In response: Nurses’ staffing measure is based on front-line view of patient sufferingI am perplexed how some hospitals seem to fear having standards imposed on them when nurses comply to professional standards every day. (Our View: “Steer state clear of nursing mandates,” March 7).
By: Linda Hamilton, for the News Tribune
I am perplexed how some hospitals seem to fear having standards imposed on them when nurses comply to professional standards every day. (Our View: “Steer state clear of nursing mandates,” March 7).
Nurses know that hospital claims of safety records mask a precarious workplace filled with errors and near-misses. Patients suffer and die because we’re taking care of three patients even though our standards, knowledge and ethics tell us one patient needs our exclusive care.
Duluth does have a great reputation for great hospitals, and we deliver quality health care. But we’re holding on by the skin of our teeth to guarantee that care. We desperately are trying to keep our patients safe against systemic obstacles occurring beyond public view.
Those of us practicing closest to the patient believe there’s a better solution. That is the driving force behind a staffing measure.
The claim that hospitals should continue to determine staffing levels to meet the demand rings hollow when they habitually refuse to acknowledge the demand facing them. Nurses ring our own call light with our managers when inadequate staffing puts patients at risk. Too often, it goes unanswered or we are told to “make do.” Would a pilot with a burning engine on a 727 filled with passengers be told to “make do?” Would a firefighter rushing into a burning home with a garden hose?
Why wouldn’t a business, which has made a promise to its market to fulfill expectations, want to have the personnel available to handle those expectations at all times? If you are going to be in business and want to drive up patient-satisfaction scores, then figure out a way to make the full commitment. Haven’t we learned that businesses fail because they try too many shortcuts or skimp on their services?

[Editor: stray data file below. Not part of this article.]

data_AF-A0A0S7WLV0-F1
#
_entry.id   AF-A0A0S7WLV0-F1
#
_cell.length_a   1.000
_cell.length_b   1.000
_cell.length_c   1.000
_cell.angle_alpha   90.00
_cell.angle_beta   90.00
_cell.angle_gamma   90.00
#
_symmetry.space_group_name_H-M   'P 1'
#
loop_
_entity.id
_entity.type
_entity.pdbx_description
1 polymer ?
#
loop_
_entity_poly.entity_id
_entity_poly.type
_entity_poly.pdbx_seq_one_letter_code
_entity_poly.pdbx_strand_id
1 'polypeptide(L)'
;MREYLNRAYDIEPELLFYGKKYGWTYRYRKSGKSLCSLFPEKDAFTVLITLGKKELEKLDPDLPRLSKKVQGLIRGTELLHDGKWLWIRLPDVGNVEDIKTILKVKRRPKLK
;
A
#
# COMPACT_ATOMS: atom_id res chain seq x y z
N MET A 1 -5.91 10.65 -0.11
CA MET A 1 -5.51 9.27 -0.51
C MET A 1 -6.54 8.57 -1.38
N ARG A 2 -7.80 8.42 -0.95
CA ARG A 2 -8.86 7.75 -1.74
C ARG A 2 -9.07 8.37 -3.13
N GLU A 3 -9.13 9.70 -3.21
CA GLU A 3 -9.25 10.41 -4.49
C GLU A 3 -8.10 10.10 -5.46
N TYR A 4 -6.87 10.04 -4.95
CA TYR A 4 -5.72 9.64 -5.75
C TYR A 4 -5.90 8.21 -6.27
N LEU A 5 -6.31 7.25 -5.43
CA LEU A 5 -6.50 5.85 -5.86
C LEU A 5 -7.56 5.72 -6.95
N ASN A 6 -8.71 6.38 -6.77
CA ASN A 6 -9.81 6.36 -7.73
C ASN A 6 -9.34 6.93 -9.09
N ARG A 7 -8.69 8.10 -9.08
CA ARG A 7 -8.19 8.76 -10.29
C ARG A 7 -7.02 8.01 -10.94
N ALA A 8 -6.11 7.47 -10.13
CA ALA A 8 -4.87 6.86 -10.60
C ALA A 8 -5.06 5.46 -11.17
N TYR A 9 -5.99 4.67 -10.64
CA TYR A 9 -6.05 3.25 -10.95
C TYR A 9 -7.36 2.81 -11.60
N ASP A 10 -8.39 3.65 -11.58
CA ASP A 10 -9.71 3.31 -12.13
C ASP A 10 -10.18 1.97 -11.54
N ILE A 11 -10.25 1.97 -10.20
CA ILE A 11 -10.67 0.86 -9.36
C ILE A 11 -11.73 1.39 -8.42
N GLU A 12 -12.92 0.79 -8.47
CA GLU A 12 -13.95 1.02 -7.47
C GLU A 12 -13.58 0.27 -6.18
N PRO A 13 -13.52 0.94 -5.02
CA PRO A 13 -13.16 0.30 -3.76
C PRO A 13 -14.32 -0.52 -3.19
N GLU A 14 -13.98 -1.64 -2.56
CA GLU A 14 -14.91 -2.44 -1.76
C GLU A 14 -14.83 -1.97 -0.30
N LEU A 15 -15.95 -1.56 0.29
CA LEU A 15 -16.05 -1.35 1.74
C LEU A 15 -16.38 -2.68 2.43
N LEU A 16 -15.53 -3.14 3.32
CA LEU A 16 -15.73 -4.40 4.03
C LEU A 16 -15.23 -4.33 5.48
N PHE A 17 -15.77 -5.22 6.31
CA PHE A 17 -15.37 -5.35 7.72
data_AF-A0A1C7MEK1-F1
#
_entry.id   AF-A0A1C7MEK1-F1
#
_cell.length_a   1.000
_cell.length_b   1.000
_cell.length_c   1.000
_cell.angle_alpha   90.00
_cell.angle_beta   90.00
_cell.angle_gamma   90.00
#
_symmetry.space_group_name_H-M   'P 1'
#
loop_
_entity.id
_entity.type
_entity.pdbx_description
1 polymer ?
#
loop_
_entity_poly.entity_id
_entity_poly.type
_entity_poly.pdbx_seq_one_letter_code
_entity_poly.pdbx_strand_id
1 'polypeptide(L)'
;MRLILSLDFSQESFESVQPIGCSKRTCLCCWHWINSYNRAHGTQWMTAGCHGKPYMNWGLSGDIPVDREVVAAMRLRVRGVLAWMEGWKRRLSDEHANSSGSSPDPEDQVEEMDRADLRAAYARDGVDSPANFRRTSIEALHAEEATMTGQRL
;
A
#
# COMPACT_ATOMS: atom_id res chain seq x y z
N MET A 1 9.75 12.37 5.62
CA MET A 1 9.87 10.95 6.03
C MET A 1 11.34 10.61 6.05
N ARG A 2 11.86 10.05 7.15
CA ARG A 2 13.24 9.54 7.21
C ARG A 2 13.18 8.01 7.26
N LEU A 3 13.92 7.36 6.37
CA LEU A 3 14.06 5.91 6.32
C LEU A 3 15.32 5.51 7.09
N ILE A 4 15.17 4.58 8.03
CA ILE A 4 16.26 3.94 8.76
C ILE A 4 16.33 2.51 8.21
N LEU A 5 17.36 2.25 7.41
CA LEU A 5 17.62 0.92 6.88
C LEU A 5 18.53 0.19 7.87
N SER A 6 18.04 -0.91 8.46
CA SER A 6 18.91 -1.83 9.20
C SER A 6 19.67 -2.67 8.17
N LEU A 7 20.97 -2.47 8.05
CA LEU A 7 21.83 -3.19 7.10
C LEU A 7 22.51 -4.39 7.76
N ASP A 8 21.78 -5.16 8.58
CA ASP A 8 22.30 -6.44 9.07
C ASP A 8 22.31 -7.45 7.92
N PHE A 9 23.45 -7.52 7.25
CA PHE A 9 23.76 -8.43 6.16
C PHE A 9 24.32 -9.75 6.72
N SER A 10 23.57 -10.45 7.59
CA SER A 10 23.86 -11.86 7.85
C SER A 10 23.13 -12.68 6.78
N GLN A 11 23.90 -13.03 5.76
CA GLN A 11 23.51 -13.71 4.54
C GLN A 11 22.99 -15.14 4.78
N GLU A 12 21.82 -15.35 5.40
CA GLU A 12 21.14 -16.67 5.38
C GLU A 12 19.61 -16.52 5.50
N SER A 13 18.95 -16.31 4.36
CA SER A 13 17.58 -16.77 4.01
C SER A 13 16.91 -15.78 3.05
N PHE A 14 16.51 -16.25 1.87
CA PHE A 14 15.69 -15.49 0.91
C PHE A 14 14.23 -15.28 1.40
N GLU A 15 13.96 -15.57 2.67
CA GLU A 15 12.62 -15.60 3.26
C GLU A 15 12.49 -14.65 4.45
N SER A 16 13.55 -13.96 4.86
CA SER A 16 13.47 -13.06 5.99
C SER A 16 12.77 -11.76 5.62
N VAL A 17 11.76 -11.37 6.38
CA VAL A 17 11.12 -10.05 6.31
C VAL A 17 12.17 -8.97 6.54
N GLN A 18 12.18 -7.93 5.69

We saw another irony with an article published on the same day as the News Tribune’s editorial extolling St. Luke’s hospital’s recognition as a 2013 Best Practices Honoree. The story rightfully tied St. Luke’s success in reducing workplace injuries to its focus on patient handling. In 2007, the Minnesota Nurses Association was instrumental in advancing legislation that required hospitals to implement patient-handling processes. Despite initial resistance from the Minnesota Hospital Association, direct-care nurse advocacy helped get this legislation passed, which is now saving money and reducing suffering — and which now is the foundation for award-winning results.
The Standards of Care Act simply would establish minimum standards for patient safety, allowing hospitals the flexibility to meet the standards and exceed them. Hospitals that already have excellent care and maintain safe staffing levels would see little change. Meanwhile, the reporting by hospitals allows the patient, the consumer, to choose the safest hospitals for their families.
As health care gets more expensive and patients and their families demand better care, we need to ensure patients receive the high-quality care they deserve. No matter where they go.
Linda Hamilton is a registered nurse and the president of the St. Paul-based Minnesota Nurses Association, the professional association and union for registered nurses.